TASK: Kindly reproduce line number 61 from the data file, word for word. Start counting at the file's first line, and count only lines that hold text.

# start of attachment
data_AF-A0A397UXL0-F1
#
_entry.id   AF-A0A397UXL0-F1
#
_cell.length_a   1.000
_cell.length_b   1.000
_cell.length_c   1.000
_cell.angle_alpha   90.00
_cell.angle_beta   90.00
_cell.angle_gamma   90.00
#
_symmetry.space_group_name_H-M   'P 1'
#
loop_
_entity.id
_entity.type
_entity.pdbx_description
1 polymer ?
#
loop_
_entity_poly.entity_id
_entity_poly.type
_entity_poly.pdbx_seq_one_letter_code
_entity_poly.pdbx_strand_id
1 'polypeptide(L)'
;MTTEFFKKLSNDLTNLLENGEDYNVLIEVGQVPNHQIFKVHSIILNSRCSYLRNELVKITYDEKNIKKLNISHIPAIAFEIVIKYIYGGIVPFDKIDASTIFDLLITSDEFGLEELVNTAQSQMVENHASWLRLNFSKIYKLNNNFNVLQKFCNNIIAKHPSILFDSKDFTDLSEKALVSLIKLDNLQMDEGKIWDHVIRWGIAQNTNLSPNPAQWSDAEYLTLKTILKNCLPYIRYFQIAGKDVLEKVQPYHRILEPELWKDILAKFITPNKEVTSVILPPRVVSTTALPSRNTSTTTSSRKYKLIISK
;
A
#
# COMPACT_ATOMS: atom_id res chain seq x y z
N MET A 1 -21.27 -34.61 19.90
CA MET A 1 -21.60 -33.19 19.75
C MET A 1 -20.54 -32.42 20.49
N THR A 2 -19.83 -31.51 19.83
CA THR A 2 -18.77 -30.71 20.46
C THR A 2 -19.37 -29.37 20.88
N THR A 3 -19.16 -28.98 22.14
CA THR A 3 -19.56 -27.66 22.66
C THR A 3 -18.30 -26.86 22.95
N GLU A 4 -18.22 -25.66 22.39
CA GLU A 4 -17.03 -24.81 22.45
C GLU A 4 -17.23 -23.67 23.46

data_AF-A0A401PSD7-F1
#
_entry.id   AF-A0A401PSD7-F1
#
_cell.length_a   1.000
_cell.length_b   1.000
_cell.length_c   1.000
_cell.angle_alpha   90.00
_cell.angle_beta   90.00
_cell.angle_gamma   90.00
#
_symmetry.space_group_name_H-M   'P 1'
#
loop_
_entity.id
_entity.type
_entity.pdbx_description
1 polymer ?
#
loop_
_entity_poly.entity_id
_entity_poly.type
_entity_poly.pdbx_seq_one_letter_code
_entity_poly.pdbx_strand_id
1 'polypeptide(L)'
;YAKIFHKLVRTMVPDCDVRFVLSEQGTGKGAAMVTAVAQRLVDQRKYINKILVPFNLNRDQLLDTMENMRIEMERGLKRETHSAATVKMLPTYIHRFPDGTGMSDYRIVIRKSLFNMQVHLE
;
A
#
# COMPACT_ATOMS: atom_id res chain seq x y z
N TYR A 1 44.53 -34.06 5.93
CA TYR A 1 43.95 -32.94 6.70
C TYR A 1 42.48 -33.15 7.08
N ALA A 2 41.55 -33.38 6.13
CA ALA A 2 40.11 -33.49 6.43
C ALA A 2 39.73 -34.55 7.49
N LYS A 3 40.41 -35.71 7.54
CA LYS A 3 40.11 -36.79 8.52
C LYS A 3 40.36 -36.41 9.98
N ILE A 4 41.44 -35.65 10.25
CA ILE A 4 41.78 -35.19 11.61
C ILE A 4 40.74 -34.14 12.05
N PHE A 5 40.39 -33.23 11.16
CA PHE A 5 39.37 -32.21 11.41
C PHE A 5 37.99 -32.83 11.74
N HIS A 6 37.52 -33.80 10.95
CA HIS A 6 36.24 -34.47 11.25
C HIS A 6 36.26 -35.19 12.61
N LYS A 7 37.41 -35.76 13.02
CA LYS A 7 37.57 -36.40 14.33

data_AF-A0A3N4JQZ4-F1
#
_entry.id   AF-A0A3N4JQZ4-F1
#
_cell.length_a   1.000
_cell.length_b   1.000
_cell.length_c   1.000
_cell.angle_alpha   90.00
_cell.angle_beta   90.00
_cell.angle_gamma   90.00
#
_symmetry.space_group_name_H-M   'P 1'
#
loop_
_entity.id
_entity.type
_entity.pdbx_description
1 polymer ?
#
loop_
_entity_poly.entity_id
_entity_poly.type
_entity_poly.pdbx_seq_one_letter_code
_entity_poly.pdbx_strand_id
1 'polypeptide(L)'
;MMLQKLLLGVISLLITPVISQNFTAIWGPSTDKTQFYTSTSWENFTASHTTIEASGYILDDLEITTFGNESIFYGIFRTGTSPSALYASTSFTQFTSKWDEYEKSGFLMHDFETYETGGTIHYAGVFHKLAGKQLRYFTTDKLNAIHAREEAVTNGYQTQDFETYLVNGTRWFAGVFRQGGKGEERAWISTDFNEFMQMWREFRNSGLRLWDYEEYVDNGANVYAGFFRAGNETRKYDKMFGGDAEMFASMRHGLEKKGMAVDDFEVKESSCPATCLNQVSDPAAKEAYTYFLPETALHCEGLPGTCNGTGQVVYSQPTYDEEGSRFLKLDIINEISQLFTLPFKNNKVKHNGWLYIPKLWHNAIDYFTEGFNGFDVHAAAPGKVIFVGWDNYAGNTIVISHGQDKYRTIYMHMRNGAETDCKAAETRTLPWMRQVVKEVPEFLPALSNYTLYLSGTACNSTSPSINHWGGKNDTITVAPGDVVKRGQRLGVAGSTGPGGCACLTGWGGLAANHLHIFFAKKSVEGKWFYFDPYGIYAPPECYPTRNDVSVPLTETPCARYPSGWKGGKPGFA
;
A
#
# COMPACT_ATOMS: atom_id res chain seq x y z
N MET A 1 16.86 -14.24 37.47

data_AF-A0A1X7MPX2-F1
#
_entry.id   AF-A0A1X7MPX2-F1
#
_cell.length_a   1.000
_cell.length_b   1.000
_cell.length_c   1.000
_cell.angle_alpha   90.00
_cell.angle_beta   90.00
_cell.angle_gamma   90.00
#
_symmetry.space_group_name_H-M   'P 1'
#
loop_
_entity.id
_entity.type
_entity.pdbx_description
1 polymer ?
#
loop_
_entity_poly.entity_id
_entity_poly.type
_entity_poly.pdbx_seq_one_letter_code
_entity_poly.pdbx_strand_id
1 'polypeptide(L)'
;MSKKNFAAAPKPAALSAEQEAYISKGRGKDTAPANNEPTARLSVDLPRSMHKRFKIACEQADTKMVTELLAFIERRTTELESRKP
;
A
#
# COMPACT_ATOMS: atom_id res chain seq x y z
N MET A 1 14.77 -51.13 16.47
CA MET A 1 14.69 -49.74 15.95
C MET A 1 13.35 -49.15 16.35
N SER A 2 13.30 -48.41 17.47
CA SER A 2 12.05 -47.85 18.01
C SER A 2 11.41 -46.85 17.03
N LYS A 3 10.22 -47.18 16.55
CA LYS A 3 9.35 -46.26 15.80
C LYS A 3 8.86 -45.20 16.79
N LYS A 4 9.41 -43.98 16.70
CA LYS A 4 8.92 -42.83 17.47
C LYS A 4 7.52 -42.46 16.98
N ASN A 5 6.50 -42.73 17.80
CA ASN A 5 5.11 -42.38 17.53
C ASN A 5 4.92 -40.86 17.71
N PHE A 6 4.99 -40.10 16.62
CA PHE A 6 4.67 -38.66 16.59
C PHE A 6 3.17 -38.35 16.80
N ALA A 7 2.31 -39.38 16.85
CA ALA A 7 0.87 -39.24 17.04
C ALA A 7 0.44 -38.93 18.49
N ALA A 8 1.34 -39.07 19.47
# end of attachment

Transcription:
#